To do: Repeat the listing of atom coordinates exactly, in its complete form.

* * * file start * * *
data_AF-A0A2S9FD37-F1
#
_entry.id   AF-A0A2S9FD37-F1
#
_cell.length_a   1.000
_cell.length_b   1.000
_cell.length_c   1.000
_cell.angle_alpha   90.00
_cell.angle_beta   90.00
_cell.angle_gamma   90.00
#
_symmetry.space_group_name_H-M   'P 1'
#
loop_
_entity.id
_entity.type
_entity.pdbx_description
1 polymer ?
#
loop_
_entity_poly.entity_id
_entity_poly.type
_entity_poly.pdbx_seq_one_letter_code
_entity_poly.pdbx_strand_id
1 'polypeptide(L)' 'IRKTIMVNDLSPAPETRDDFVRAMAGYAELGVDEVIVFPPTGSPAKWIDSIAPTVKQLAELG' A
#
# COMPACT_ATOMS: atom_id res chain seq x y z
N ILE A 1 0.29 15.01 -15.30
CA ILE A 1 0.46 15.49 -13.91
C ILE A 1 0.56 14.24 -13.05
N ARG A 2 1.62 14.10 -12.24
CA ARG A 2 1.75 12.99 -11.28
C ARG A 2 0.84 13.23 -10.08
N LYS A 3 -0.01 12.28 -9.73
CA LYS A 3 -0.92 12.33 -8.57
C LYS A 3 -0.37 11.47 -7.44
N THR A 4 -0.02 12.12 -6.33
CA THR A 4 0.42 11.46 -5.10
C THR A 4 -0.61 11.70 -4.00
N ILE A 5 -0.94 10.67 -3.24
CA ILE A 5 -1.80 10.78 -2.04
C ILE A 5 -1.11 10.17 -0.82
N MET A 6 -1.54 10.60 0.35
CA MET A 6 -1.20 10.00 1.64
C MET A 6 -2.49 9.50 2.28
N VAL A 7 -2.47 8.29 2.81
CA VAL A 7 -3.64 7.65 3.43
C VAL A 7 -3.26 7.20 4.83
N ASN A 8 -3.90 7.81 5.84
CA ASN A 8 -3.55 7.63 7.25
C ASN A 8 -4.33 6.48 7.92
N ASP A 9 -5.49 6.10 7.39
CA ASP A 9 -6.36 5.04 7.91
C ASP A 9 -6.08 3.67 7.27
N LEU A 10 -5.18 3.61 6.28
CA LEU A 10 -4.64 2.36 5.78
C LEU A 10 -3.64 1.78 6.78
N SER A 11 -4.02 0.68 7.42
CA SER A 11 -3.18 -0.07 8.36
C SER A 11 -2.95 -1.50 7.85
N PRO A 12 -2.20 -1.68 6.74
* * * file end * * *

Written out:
data_AF-A0A2S9FD37-F1
#
_entry.id   AF-A0A2S9FD37-F1
#
_cell.length_a   1.000
_cell.length_b   1.000
_cell.length_c   1.000
_cell.angle_alpha   90.00
_cell.angle_beta   90.00
_cell.angle_gamma   90.00
#
_symmetry.space_group_name_H-M   'P 1'
#
loop_
_entity.id
_entity.type
_entity.pdbx_description
1 polymer ?
#
loop_
_entity_poly.entity_id
_entity_poly.type
_entity_poly.pdbx_seq_one_letter_code
_entity_poly.pdbx_strand_id
1 'polypeptide(L)' 'IRKTIMVNDLSPAPETRDDFVRAMAGYAELGVDEVIVFPPTGSPAKWIDSIAPTVKQLAELG' A
#
# COMPACT_ATOMS: atom_id res chain seq x y z
N ILE A 1 0.29 15.01 -15.30
CA ILE A 1 0.46 15.49 -13.91
C ILE A 1 0.56 14.24 -13.05
N ARG A 2 1.62 14.10 -12.24
CA ARG A 2 1.75 12.99 -11.28
C ARG A 2 0.84 13.23 -10.08
N LYS A 3 -0.01 12.28 -9.73
CA LYS A 3 -0.92 12.33 -8.57
C LYS A 3 -0.37 11.47 -7.44
N THR A 4 -0.02 12.12 -6.33
CA THR A 4 0.42 11.46 -5.10
C THR A 4 -0.61 11.70 -4.00
N ILE A 5 -0.94 10.67 -3.24
CA ILE A 5 -1.80 10.78 -2.04
C ILE A 5 -1.11 10.17 -0.82
N MET A 6 -1.54 10.60 0.35
CA MET A 6 -1.20 10.00 1.64
C MET A 6 -2.49 9.50 2.28
N VAL A 7 -2.47 8.29 2.81
CA VAL A 7 -3.64 7.65 3.43
C VAL A 7 -3.26 7.20 4.83
N ASN A 8 -3.90 7.81 5.84
CA ASN A 8 -3.55 7.63 7.25
C ASN A 8 -4.33 6.48 7.92
N ASP A 9 -5.49 6.10 7.39
CA ASP A 9 -6.36 5.04 7.91
C ASP A 9 -6.08 3.67 7.27
N LEU A 10 -5.18 3.61 6.28
CA LEU A 10 -4.64 2.36 5.78
C LEU A 10 -3.64 1.78 6.78
N SER A 11 -4.02 0.68 7.42
CA SER A 11 -3.18 -0.07 8.36
C SER A 11 -2.95 -1.50 7.85
N PRO A 12 -2.20 -1.68 6.74